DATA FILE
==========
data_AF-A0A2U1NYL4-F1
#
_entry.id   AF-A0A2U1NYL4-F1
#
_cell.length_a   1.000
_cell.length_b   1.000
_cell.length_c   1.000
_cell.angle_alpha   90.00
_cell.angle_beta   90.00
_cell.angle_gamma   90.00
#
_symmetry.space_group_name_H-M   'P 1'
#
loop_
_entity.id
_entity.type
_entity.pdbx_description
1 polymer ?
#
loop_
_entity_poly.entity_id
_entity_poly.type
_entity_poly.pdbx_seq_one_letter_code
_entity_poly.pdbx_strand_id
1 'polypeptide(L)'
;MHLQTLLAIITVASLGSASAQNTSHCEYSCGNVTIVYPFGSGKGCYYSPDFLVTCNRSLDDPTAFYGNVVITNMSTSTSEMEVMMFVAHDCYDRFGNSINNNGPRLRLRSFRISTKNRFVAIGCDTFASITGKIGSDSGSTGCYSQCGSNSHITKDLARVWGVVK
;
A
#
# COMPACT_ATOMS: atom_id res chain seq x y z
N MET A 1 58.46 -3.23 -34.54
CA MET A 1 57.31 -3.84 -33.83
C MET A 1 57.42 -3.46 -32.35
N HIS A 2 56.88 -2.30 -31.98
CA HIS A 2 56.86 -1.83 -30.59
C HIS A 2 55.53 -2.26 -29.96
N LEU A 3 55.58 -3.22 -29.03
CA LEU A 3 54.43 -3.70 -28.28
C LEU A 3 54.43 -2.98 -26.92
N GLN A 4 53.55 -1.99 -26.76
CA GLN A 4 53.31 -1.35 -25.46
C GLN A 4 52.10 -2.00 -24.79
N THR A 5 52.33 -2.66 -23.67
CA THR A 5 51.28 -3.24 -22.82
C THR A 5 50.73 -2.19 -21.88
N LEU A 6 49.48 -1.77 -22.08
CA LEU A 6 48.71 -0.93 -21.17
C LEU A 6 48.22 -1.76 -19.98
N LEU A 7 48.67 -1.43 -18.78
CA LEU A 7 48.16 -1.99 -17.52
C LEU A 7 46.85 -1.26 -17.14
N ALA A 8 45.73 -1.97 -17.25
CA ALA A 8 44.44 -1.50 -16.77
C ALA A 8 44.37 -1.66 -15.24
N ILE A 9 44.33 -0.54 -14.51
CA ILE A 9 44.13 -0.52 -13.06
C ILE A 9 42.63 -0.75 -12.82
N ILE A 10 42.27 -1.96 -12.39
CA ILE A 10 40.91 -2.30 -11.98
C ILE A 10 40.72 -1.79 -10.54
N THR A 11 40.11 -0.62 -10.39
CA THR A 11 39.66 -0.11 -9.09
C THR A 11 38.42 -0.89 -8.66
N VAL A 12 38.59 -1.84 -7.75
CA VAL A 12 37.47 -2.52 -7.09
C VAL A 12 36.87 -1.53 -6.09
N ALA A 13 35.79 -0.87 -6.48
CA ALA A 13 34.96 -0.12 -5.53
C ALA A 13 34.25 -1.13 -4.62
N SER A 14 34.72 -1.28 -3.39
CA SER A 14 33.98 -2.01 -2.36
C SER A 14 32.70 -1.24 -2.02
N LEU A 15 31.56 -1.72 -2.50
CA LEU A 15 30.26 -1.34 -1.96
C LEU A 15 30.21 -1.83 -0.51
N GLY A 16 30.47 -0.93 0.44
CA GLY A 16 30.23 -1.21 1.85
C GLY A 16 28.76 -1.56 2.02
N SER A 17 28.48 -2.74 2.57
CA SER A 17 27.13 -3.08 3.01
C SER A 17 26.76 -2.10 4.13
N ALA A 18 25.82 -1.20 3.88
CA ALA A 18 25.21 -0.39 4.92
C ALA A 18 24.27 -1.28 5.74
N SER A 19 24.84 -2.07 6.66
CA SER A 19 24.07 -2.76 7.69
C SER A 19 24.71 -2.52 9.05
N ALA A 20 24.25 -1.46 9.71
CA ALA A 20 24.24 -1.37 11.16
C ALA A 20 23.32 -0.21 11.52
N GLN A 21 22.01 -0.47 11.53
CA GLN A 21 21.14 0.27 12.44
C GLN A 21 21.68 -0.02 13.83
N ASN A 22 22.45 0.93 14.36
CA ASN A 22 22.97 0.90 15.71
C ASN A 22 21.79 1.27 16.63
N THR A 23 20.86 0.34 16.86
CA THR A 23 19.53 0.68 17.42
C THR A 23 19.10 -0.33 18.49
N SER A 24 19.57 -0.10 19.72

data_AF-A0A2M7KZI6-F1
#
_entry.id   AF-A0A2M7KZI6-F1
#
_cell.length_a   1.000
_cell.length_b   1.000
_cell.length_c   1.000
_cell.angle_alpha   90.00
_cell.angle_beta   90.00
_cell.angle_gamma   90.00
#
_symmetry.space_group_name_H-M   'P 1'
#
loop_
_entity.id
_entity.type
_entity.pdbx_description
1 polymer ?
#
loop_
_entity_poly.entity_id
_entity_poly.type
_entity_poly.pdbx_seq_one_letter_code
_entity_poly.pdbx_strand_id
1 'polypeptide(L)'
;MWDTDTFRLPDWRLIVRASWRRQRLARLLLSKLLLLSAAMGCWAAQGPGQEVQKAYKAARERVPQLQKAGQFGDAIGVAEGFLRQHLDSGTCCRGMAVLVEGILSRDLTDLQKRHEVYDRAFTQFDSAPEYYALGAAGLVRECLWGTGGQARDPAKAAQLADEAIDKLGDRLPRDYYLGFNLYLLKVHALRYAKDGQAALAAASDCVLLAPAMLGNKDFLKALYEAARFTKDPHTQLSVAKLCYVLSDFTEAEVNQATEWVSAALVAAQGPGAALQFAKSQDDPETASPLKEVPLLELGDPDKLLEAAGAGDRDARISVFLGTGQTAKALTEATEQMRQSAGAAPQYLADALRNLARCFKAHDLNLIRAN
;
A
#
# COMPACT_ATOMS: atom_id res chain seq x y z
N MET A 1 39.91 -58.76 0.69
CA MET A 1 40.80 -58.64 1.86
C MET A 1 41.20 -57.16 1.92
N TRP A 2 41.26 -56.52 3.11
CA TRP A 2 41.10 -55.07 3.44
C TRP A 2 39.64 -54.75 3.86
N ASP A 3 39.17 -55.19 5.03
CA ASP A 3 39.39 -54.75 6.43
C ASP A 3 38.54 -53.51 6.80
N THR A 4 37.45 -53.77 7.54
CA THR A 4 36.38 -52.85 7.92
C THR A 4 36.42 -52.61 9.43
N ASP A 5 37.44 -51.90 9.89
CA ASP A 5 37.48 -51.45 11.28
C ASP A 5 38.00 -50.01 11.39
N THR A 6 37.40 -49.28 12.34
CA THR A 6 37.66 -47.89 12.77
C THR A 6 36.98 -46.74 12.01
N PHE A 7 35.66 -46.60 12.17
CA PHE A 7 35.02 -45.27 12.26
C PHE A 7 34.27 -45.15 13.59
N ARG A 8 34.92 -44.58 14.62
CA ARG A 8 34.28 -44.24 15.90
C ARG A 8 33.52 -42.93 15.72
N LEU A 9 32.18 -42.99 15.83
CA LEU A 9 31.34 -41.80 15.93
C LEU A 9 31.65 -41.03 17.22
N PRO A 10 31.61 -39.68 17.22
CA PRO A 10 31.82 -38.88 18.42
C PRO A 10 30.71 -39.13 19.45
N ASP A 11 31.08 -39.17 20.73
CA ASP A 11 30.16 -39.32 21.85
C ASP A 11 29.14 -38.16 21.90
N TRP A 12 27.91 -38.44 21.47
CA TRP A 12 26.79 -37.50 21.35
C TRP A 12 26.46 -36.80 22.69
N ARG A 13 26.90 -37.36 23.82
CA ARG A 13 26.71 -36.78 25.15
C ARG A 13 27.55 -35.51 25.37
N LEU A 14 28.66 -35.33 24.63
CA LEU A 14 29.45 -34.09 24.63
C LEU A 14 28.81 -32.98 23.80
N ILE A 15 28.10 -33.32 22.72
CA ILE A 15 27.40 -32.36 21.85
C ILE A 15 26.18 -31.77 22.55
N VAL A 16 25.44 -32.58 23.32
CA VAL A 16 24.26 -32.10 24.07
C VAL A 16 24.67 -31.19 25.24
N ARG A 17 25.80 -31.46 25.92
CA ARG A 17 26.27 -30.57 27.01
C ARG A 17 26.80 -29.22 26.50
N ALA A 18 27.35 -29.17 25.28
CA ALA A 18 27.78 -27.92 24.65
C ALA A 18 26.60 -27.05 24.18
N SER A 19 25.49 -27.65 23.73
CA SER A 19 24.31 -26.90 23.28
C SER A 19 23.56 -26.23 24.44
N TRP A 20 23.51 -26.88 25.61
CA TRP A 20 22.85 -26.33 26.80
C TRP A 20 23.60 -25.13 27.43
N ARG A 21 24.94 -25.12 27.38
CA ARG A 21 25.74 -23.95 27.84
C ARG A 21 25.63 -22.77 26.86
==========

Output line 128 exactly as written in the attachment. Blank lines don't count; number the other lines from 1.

A